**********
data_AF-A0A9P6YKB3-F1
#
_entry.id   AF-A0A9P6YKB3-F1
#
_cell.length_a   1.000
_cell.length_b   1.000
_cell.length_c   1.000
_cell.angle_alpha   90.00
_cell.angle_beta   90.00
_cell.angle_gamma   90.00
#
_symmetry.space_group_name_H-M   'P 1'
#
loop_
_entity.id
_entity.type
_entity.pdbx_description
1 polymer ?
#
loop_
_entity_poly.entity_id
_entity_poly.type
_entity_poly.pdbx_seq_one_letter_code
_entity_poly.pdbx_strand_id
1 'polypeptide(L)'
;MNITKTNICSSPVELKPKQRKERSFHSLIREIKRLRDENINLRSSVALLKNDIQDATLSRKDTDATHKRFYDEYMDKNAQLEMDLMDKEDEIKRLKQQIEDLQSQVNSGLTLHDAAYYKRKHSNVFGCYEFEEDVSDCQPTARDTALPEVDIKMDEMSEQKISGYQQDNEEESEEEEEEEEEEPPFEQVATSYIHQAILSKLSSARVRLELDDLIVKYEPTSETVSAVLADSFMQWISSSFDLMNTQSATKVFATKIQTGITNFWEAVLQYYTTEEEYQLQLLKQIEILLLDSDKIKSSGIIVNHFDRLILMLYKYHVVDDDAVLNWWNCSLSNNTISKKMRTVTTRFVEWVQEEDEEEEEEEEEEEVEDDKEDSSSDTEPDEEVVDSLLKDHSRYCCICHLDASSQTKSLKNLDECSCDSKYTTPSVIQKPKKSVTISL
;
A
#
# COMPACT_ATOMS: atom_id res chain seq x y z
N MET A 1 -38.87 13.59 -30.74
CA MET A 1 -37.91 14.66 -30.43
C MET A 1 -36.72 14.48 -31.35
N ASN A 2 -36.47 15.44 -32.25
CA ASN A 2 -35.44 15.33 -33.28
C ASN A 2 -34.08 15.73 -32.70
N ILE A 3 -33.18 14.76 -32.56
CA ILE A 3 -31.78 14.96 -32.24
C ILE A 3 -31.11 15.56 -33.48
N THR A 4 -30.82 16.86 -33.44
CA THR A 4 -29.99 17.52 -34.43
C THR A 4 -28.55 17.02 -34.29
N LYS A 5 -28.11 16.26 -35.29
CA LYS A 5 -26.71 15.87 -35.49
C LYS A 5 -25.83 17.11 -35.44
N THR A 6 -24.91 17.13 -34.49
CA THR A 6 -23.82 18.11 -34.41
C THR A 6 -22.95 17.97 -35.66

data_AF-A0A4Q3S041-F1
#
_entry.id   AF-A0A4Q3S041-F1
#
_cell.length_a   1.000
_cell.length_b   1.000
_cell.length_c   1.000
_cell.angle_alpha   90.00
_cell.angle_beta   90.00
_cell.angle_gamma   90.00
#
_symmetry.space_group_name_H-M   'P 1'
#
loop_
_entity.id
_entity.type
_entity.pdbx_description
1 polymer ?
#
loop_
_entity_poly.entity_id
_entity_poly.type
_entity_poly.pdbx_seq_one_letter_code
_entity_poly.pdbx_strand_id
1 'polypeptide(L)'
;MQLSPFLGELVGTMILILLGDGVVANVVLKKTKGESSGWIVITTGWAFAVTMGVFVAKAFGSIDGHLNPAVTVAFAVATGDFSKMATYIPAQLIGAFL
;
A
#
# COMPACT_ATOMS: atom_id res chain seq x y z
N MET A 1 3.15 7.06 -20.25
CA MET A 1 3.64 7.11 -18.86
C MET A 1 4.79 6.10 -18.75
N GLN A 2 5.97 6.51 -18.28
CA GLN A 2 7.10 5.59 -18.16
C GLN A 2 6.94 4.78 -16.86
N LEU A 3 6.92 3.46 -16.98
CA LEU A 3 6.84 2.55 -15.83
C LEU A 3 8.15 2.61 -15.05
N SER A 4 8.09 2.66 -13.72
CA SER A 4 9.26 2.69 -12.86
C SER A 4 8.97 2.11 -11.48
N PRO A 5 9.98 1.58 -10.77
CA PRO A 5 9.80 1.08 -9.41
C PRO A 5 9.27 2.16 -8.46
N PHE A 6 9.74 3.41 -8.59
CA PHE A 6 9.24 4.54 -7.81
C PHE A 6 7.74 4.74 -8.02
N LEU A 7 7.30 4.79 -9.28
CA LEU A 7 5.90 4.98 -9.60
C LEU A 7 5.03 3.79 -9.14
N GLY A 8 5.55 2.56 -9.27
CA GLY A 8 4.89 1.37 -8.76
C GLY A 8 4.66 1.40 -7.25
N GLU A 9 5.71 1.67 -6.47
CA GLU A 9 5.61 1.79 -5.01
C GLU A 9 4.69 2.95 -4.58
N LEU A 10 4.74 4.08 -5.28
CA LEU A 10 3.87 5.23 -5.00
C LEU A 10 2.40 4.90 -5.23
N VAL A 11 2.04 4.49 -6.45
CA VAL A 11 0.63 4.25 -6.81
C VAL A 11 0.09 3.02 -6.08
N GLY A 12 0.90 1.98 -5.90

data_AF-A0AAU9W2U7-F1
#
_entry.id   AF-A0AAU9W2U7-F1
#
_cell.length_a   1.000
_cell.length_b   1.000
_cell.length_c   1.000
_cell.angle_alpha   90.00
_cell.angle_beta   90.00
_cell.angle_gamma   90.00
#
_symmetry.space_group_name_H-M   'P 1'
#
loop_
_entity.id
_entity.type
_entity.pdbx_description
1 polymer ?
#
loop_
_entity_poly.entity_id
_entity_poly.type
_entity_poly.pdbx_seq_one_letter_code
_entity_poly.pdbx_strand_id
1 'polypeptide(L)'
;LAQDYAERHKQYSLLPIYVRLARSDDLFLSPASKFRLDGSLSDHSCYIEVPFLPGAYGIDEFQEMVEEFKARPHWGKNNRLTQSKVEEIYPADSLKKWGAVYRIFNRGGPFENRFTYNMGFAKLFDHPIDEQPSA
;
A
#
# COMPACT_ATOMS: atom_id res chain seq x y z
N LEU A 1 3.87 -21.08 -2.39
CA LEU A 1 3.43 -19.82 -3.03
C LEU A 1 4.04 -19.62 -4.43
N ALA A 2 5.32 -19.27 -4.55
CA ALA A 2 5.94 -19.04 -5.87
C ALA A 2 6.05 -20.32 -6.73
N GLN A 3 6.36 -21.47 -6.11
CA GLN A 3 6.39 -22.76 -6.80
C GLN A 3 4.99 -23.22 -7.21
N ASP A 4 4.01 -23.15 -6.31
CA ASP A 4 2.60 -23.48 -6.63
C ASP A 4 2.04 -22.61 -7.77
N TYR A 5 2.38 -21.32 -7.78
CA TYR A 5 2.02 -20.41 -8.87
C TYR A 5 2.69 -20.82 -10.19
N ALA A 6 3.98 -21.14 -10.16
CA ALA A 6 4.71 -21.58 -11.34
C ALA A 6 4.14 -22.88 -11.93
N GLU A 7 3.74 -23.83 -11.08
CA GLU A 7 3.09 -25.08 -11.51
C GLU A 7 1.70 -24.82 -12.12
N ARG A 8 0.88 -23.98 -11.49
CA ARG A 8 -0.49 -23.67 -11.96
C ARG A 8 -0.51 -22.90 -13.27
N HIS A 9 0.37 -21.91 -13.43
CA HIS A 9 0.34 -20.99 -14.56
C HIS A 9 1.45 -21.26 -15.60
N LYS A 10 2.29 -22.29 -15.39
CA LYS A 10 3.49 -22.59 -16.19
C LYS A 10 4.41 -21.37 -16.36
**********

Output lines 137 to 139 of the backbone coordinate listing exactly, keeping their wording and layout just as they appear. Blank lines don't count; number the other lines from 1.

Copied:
1 'polypeptide(L)'
;LAQDYAERHKQYSLLPIYVRLARSDDLFLSPASKFRLDGSLSDHSCYIEVPFLPGAYGIDEFQEMVEEFKARPHWGKNNRLTQSKVEEIYPADSLKKWGAVYRIFNRGGPFENRFTYNMGFAKLFDHPIDEQPSA
;